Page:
President’s Column – March 2013

Title: 3D Seismic Symposium’s 19th Anniversary

Author: Debra Higley

Publication: The Outcrop, March 2013, p. 4-5

PCMarch 5th marks the 19th anniversary of the 3D Seismic Symposium. Hosted by the  Denver Geophysical Society and RMAG, this cooperative event meshes geological and geophysical science of new and classic resource plays, technological diversity, and some fabulous 3D images and interpretations. It is fascinating how minor modifications in the properties of the 3D cubes can change the characteristics and resulting conclusions from seismic data.

Particularly for those of us that live in the subsurface (at least in terms of our science), our research is commonly data and data-interpretation intensive. The U.S. Geological Survey assessment of undiscovered resources for basins across the US and the World utilizes some fairly massive proprietary well history and petroleum production databases in our Total Petroleum System (TPS) methodology. As is the case with seismic interpretation, quality of data can vary widely. Well and production data for the Denver Basin Province is fairly clean, and cozy. If you play with data and basins long enough you can develop a fondness. Even though there are more than 45,000 oil and (or) gas productive wells in the Denver Basin Province, the vast majority of these produce from Cretaceous reservoirs; Paleozoic exploration and production is scattered, and recently increasing, near the fringes of the petroleum productive basin. There are almost no deep well data within the basin (more Denver Basin seismic publications would be helpful). In comparison, the Anadarko Basin Province is very mature with more than four times the number of producing wells than the Denver Basin Province, and the vast majority of these are from Paleozoic reservoirs; Cretaceous Niobrara Shale biogenic gas is present in the northwest basin. Data quality is more variable for the Anadarko Basin Province due mainly to reported  commingling of production for multiple producing intervals and misnamed reservoir formations, which complicates assessment of current reserves
and remaining resources (Higley and others, 2011). Further USGS assessment research on the Denver Basin and Anadarko Basin provinces is accessible from, and future Anadarko Basin research will include USGS DDS-69-EE, which is currently in review.

Should you be interested in the methodology behind USGS resources assessments, a few sources follow. These and other U.S. and World petroleum resource assessments utilize the TPS methodology (Magoon and Schmoker, 2000); TPS differs from play assessment methodology in its greater emphasis on petroleum sources. TPS is somewhat of a family tree, a genealogy of determining which petroleum source rock(s) fathered which current and potential future reservoir(s). Each TPS contains one or more assessment units (AU) that comprise the reservoir strata, or groups of strata, that are assigned based on a common petroleum source rock(s), contained reservoir unit(s), and major seals and other boundaries that vertically and laterally segregate oil and gas from other AUs. Incorporated into the assessments are areas that are thermally mature for oil and (or) gas generation. Some of these thermal maturation data are derived using the USGS Energy Geochemical Database ( Assessments are further divided into conventional and continuous (unconventional) accumulations (Charpentier and Cook, 2010). Production through time from existing fields is also incorporated as known and grown accumulation sizes (Klett and others, 2011).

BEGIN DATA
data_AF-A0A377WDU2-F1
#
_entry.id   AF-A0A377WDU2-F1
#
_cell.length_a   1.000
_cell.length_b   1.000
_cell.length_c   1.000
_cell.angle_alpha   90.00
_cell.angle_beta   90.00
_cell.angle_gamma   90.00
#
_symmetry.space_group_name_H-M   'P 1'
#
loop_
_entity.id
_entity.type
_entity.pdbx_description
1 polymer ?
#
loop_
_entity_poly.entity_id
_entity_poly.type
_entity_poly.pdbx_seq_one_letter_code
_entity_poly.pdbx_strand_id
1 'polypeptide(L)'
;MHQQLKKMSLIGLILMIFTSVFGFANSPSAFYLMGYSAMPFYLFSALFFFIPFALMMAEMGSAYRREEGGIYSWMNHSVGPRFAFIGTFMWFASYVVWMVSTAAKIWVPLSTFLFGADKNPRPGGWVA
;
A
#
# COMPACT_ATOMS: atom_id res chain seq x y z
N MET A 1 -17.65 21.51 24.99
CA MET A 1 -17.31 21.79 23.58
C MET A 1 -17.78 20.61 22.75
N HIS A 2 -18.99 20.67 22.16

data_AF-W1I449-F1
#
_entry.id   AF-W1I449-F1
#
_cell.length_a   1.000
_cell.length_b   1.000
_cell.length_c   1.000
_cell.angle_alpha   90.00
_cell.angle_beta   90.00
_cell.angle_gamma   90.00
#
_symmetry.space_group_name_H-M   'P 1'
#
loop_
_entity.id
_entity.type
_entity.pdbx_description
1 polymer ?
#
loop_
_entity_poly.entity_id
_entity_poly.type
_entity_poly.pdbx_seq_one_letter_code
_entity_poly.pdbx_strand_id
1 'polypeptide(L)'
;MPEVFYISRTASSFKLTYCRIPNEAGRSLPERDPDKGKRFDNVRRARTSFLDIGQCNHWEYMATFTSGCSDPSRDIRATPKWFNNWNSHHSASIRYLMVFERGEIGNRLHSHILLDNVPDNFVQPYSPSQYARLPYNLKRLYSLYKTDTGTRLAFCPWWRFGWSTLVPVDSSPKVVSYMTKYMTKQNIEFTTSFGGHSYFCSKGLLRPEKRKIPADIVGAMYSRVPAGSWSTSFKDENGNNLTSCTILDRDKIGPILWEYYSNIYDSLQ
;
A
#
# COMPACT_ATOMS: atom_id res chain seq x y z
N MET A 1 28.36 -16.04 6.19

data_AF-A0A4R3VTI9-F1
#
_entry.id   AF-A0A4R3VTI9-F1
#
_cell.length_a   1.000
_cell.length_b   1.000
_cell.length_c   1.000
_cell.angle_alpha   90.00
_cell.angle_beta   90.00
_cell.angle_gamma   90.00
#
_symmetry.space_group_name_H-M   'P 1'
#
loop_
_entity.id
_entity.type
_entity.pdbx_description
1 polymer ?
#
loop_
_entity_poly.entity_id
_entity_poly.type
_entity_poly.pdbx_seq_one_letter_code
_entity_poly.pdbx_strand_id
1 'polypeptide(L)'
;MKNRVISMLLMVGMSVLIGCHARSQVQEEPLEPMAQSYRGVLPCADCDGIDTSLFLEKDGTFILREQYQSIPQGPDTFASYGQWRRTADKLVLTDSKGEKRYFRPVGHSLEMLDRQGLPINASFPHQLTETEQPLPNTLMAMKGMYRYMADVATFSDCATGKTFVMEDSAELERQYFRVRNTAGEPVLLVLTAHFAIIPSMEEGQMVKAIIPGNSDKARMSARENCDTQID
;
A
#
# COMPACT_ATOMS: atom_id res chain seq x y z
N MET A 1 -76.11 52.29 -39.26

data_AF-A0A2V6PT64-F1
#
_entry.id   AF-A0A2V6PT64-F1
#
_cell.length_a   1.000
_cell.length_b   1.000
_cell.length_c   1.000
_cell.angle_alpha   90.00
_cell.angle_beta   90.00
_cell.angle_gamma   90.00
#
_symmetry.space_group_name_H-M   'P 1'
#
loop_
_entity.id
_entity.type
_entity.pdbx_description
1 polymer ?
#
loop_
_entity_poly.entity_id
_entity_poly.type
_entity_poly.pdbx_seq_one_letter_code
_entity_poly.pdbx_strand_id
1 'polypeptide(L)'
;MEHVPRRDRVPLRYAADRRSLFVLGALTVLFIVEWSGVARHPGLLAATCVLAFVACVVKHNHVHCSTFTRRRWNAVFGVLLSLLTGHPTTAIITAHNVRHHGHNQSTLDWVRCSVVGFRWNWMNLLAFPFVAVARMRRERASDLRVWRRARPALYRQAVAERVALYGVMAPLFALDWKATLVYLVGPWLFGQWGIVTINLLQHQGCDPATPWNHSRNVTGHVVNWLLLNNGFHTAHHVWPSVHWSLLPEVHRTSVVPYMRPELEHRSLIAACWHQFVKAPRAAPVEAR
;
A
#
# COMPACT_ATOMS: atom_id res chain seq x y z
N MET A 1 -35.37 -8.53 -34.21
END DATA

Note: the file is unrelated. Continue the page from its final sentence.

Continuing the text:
Charpentier, R.R., and Cook, T.A., 2010, Improved USGS methodology for assessing continuous petroleum resources, version 2.0: U.S. Geological Survey Data Series 547, 22 p. and program. Revised November 2012. (accessed 1/12/2013).

Higley, D. K., Gaswirth, S. B., Abbott, M. M., Charpentier, R. R., Cook, T. A., Ellis, G. S., Gianoutsos, N. J., Hatch, J. R., Klett, T. R., Nelson, Philip, Pawlewicz, M. J., Pearson, O. N., Pollastro, R. M., and Schenk, C. J., 2011, Assessment of undiscovered oil and gas resources of the Anadarko Basin province of Oklahoma, Kansas, Texas, and Colorado, 2010: U.S. Geological Survey Fact Sheet 2011–3003, 2 p. (accessed 1/12/2013).

Klett, T.R., Attanasi, E.D., Charpentier, R.R., Cook, T.A., Freeman, P.A., Gautier, D.L., Le, P.A., Ryder, R.T., Schenk, C.J., Tennyson, M.E., and Verma, M.K., 2011, New U.S. Geological Survey method for the assessment of reserve growth: U.S. Geological Survey Scientific Investigations Report 2011-5163, 8 p., accessed August 1, 2012, at (accessed 1/12/2013)

Magoon, L.B., and Schmoker, J.W., 2000, The Total Petroleum System—The Natural Fluid Network that Constrains the Assessment Unit: U.S. Geological Survey World Petroleum Assessment 2000 – description and results: U.S. Geological Survey DDS-60, 4 CD-ROMs, 24 p. (accessed 1/12/2013).